In response to my recent volunteer work with the Art of Living, in two of the maximum-security male prisons in Kingston, Jamaica—notorious for being the murder capital of the world—a friend’s glib comment invited me to pause and reflect upon my recent experience there.
He said “If you really want to see what powers drive a society, go to [visit] a prison.”
One of my greatest fears—being claustrophobic—is being incarcerated. Thus, I was surprised at the level of peace I felt while assisting inmates with yoga and breath-work.
Clad in baggy trousers, a loose-fitting long sleeve shirt and my mane of dreadlocks atop my head, my efforts to become invisible were somewhat futile. My female-ness defied me. Strolling towards the chapel where our sessions were held, my colleague and I were escorted by the officer in charge of prison activities.
With my head hung low, I was keenly aware of the reference being made to me as inmates acknowledged me as Empress; an endeared term of respect within Rastafari, the indigenous component of Jamaica. Not wanting to entirely ignore, I nodded my head while bringing my fisted left-hand to my chest; “I see you” was my intention by this act.
Dressed in uniforms of confinement—white t-shirts and khaki trousers—these men of all ages, colors and sizes absorbed the ancient teachings of yoga being imparted to them like a stiff, dry sponge being in water.
As the prison warden shared with us, after our sessions there is a sense of calm among the prisoners. He further noted that for those who had already completed the basic course, misbehavior fell to zero percent. While other activities such as soccer and the gym exist, the end result is usually increased aggression among the inmates.
At the end of the first session where I was responsible for taking attendance, each prisoner stood over me as I wrote their names out on the lined piece of paper, ensuring that I had spelled their names correctly. I realized that in such conditions where just about every inalienable human right has been stripped bare to instill conformity, their names are all that they are left with— to be guarded like a prized possession.
My week spent visiting these institutions brought me front and center to me with the underbelly of Jamaican society, one where corruption and deception run wild.
Standing firm in tadasana (mountain pose), I took a panoramic view of the class, witnessing the weight of regret spread before me. While not so naïve as to believe that once these men are released from captivity that they will be reformed, it was plain to see and feel their sense of remorse, for whatever heinous crime they may have committed.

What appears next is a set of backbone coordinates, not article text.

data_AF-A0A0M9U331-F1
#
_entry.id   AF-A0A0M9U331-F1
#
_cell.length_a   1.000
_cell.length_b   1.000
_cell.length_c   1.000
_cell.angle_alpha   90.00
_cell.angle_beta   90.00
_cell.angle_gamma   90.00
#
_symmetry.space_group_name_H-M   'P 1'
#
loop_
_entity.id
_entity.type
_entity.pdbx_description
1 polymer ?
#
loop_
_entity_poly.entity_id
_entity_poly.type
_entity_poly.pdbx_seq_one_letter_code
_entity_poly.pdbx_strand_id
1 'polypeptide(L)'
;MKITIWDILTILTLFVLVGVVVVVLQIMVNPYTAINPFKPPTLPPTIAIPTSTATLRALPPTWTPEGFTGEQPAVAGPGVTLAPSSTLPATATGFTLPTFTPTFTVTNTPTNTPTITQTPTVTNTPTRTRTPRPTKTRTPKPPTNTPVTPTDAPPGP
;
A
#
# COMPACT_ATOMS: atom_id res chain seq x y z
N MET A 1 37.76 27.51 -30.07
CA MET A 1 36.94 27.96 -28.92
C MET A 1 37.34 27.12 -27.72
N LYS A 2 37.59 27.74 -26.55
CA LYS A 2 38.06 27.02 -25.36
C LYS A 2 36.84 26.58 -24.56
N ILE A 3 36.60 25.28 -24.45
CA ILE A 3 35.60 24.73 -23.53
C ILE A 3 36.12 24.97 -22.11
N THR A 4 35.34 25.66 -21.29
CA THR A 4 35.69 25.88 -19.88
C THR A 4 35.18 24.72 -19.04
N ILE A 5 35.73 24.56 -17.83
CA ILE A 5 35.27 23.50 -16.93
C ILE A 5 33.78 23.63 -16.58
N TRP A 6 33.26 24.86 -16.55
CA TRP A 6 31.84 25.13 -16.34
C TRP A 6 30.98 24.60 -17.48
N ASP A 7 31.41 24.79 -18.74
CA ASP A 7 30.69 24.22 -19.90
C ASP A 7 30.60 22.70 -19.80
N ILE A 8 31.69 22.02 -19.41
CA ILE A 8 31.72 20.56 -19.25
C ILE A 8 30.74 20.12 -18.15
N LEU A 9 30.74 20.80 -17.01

The Art of Living basic course to which they were being introduced is loosely described as an anger management and stress release tool that employs powerful breath techniques. In a society where yoga often conflicts with mainstream Christianity, due largely to a lack of information about the former, the teacher intentionally used language that the inmates could relate to.
Chanting the sacred sound of Om for example, inmates reported feeling an inner sense of peace and relaxation. A few of the participants who had already gone through the initial Art of Living program shared how armed with this new information, they were now able to sleep better and enjoy a greater sense of peace within themselves.
Serving time, as a prison sentence is often referred to, the one thing that is abundant is time; inquiries such as how do you spend your time take on a whole new meaning. Being able to access one’s inner self through breath helps to reduce anger, anxiety, fear and tension.
Why in God’s name would I want to spend my time volunteering at a prison facility, one might (understandably) argue; my response to to this is that until, and unless, we understand the underbelly of any society, we’re unable to heal it and progress. The prison dynamic is one that invites humans’ four main archetypes—victim, child, saboteur and prostitute—to the fore, for the imprisoned as well as the persecutor.
To close the sessions, inmates were guided into yoga nidra (deep yogic sleep). Upon returning to a full state of consciousness, that initial feeling of remorse and heaviness that filled the room at the outset had dissipated.
As one inmate reported, through the breath-work, he experienced a lightness in his body as he released pent-up negativity through his forced exhalations.
As we exited the institution above the gate I saw the prison’s motto: NO ONE SHALL ESCAPE. The warden explained to me that it had been there for over 50 years.
I wondered: had anything at all changed during that time?
The mere fact that I was there volunteering in the name of peace, through the gift of yoga, served as an encouraging indicative of change being imminent and that my time spent there was not in vain.
And so it is.
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Ed: Bryonie Wise